There were two faults that I found to be too intrusive to ignore: one was the uneven score from composer James Horner, who replaced Gabriel Yared and the second bad part was sadly enough, the direction of Wolfgang Petersen. Perhaps “bad” is too harsh of a word, maybe amateurish fits the bill better. With such hits as In the Line of Fire and Air Force One, but with Troy, it was too conventional for the type of film it is. Now, I’m not asking for anything that’s ground-breaking but if you’re going to present an epic film with a great cast, then I expect much, much more from a veteran director.

Overall, Troy is a good film with epic moments, but as a whole, is not an epic in itself. Having never read Homer’s “Illiad”, I don’t know how accurate it is, but I’ve been told and I have read that it is far from the poem, so for those who are a stickler for history, you may come out very disappointed and maybe even angry.


Troy has two-discs with the first one containing the feature film (and, unfortunately no commentary track). The second disc has little to it except three featurettes and a couple of other items outlined here:

In the Thick of Battle (12:10): Technically your basic 'making-of' crap, but I found it to be interesting especially when they showed footage of the aftermath of a hurricane that ruined the wall of Troy (which took weeks to rebuild) plus during this same time, Brad Pitt "tweeked" his achilles heel. There are your basic interview cuts with the cast and crew. The one-on-one fight between Eric Bana and Brad Pitt is chronicled primarily through the 17 minute featurette.

From Ruins to Reality (14:00): More interviews, this time with art directors and production designers and the occasional actor as they discuss trying to find the history about Troy and to figure out how this 1250 city would look. The word "epic" was used throughout, and I can see why they as the set design is indeed grand. The interviewees talk about the detail and the grandeur of the sets. Another part of the featurette talks about where they filmed. Originally they were going shoot in Morrocco but because of the Iraq War, they moved to Mexico instead. Despite the title, this one doesn't go nearly in-depth about what really happened at Troy, it's instead just glossed over. Although fascinating to me, some will no doubt get bored as it comes across more as something you'd see on the History Channel.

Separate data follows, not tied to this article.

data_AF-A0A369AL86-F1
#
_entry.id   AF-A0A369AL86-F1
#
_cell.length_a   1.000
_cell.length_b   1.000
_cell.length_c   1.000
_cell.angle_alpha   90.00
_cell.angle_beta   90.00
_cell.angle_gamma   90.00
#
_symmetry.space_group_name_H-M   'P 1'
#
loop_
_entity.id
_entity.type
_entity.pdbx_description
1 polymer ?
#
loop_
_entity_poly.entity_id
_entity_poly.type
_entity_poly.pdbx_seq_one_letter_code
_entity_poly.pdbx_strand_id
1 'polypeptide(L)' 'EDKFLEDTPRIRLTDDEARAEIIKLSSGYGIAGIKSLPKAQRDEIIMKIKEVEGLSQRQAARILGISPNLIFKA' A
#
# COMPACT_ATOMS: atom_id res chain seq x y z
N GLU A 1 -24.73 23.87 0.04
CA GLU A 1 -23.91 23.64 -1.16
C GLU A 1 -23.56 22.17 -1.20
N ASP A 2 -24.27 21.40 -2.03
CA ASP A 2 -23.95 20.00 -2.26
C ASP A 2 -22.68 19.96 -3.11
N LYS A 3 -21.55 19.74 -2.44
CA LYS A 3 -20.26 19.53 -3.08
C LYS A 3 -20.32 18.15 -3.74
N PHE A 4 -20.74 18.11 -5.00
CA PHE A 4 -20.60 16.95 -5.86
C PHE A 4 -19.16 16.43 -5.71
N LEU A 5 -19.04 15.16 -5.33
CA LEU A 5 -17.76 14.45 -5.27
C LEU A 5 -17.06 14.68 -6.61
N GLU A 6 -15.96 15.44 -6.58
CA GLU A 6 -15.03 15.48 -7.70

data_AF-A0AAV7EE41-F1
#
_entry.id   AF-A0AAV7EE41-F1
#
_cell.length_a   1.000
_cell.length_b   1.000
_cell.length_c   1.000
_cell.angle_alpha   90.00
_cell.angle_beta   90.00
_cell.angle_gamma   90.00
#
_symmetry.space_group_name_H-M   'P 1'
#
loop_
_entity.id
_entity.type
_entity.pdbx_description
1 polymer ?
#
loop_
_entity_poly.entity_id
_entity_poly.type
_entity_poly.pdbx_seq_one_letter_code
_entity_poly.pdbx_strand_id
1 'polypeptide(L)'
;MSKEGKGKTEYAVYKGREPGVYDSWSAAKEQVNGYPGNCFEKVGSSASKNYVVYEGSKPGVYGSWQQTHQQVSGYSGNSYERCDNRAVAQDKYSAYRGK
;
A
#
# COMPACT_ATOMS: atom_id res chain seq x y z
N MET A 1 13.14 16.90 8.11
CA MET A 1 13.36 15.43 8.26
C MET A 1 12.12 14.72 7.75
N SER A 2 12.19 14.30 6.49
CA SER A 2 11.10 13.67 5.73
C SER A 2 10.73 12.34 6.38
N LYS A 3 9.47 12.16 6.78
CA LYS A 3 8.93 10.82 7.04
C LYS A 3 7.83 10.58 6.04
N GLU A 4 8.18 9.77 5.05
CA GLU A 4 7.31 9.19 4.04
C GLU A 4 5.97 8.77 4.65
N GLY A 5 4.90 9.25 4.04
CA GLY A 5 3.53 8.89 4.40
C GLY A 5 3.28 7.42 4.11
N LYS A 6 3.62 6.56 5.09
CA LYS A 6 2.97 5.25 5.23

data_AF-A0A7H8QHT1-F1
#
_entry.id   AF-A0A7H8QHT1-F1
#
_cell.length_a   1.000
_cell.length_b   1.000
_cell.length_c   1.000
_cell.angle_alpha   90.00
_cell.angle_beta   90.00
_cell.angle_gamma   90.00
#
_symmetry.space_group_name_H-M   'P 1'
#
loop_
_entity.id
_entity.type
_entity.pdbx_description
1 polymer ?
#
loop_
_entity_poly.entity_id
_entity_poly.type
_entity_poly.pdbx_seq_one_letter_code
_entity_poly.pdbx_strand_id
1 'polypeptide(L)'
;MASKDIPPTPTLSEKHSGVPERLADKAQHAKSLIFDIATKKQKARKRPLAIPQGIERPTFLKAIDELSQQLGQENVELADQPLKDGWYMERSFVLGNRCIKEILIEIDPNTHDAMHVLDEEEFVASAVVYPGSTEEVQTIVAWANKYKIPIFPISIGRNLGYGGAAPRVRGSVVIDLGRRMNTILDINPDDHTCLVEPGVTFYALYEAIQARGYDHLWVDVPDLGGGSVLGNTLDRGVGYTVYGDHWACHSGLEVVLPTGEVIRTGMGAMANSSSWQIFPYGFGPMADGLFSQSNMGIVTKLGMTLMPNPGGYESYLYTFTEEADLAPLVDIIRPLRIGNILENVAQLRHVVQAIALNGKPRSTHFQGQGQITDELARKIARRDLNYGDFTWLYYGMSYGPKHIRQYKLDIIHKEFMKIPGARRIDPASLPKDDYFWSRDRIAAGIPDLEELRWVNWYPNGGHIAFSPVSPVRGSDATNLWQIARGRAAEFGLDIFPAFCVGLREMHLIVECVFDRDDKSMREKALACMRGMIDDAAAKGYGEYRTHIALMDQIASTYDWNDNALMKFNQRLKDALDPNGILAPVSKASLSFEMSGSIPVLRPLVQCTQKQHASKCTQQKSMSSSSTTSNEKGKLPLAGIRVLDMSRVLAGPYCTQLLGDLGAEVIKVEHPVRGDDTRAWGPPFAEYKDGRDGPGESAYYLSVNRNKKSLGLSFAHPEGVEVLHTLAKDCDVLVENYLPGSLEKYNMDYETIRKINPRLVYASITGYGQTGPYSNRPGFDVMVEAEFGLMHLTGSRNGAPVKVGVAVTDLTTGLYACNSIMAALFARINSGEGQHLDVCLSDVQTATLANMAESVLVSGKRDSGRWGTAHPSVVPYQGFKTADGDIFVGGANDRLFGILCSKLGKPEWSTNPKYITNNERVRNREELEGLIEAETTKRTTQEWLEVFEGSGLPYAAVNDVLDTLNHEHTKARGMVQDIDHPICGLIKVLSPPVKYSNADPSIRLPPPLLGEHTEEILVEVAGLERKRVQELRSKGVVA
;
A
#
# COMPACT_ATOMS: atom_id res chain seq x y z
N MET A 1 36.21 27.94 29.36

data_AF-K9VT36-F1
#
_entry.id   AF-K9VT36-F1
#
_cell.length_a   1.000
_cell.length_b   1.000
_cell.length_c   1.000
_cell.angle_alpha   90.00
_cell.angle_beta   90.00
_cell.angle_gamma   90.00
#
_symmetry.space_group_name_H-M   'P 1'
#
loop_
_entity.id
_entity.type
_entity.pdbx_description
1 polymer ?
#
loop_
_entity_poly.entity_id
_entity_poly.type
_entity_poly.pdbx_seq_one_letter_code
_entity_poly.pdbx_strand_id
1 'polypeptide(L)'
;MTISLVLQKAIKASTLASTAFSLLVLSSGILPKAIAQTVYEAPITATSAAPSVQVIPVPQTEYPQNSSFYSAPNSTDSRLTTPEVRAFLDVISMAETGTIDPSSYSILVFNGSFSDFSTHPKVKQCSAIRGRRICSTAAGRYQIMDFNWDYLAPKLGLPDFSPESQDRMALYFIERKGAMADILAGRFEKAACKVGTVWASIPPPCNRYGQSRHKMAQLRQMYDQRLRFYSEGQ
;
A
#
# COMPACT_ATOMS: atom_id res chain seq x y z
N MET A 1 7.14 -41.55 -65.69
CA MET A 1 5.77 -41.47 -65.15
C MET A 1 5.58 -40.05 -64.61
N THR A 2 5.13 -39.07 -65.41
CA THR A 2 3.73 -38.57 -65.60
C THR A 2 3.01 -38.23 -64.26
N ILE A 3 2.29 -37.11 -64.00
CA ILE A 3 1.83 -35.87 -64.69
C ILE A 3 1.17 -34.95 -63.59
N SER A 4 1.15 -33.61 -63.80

Troy: An Effects Odyssey (10:54): This third and final featurette covers the visual effects aspect of Troy including the massive ship as the Greek armies descended upon Troy. Interestingly, for the final shot in the film, they reduced the number of ships that were seen the film. The visual effects people felt that although there were 1,000 ships in the shot, there were still too many that in reality would not be possible (the wind would be taken out their sales). Next, they go through some motion capture shots plus the software used to multiply the number of soldiers (50k+) and making them each unique and different values of aggression, a "virtual chess" as one effects person noted. Part II of the featurette covers the sonic effects, the sound effects heard in the movie. This part gives a look inside the sound effects room filled with various items used to make the sound. For instance a single arrow flight sound was composite of a few things including a wiffle ball bat. They also go through how they make sounds for the swords, fire and other big sounds.

Gallery of the Gods: A 3-D tour of Mount Olympus, the statues of gods like Apollo and Athena (with narration). If you hate the history channel stuff, you will not like this. Anyways, we are given a brief (about one minute) history lesson of each god. If you are interested in Greek history, then maybe you'll find this useful. I didn't.

Lastly, there is the glorious trailer that made Troy out to be a potential epic.


I've been pretty disappointed with the sound mix lately especially the action flicks. Troy has a decent mix but sometimes James Horner's score overpowers some of the battle scenes, so much so that the power of the sword blow or blasts doesn't come through the best it probably could. Maybe it's the Dolby surround and maybe Warner Brothers should consider putting a DTS mix with their movies. The picture, though, is quite good and the colors of this "epic" come through nicely.


The problem Troy has is that not only does the film fall short from being the true epic that the filmmakers were hoping for, it also falls way short of being a good DVD. Why two discs? Does the film take up so much space, they couldn't put the other material on the same disc? Personally, I think it's more about marketing as people think they're getting more for their money when there are two discs. I guess we could see a 10th or 20th anniversary edition with more features because the featurettes seemed to only scratch the surface.